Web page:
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Old 09-18-2011, 07:25 PM   #2
fantasyfan
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When I began Unbroken I was rather disappointed with the first section. Probably the strong point of Laura Hillenbrand's style is her ability to marshall carefully researched factual material into a coherent pattern. In that first part dealing with Louis Zamperini's disturbed childhood, I feel that she missed an opportunity to develop the deeper effects of those years on the adult who became so astonishingly heroic in later life. A couple examples spring to mind. When Louis prays on the ocean, he mentions that it is only the second time it has happened in his life; the first was when his mother became ill. This love for his mother is not really developed to any extent in the opening section. In the same part of the book he has a heightened spiritual experience. The roots of this spirituality must have been there when he was young but Hillenbrand never really attempts to approach that area. All she ever says is that this kind of destructive delinquency made him "tough" and the solution was found when his brother got him to run. IMO, that sounds too simplistic. Perhaps she should have explored the causes of changes in his character more than she did. I accept that she does give a great deal of material about that time in Zamperini's life--I just think that she could have analysed it more carefully and more seriously.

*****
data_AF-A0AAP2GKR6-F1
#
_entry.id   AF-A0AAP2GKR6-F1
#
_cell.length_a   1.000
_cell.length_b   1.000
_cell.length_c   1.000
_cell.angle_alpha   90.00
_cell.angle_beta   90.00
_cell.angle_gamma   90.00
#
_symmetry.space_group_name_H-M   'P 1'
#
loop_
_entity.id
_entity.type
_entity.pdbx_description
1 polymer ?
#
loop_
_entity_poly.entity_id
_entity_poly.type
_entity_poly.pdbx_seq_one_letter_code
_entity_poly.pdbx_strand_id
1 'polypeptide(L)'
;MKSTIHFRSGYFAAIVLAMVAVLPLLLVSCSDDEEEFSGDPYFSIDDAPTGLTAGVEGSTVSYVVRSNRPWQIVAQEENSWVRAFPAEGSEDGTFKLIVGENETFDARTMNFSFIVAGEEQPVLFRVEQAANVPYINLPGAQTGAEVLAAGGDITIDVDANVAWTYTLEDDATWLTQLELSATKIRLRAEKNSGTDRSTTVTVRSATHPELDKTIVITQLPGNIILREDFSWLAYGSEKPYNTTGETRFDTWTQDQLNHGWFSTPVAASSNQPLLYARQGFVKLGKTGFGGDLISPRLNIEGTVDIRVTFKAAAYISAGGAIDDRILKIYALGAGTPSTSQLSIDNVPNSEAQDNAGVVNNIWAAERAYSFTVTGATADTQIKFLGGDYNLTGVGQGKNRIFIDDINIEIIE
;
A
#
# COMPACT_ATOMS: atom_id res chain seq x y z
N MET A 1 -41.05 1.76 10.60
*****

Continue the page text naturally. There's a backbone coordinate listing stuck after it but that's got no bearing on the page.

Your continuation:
Once past the opening section, the book improves enormously both in style and substance. The simple--almost pedestrian quality of the prose is more effective here than in the first section as it allows the events to make a direct impact. The vivid and precise factual detail brings the entire epoch to life. Other individuals associated with Louis fill out the texture, elaborate the themes and we find ourselves involved in a powerful dramatisation of the capability of humans to rise above adversity--much of which is caused by the fallibility of human nature itself. While warfare, by its very nature, tends to polarise values, cultures, and nationalities--in this book not all Americans are portrayed as perfect and heroic and not all Japanese are villainous. The spiritual development of Zamperini is one which encompassed the whole person and despite the cauldron of physical and emotional suffering he goes through, he asserts and validates his humanity. It is this intrinsic humanity which always remains unbroken and from which we can all take heart.

Last edited by fantasyfan; 09-19-2011 at 09:34 AM.
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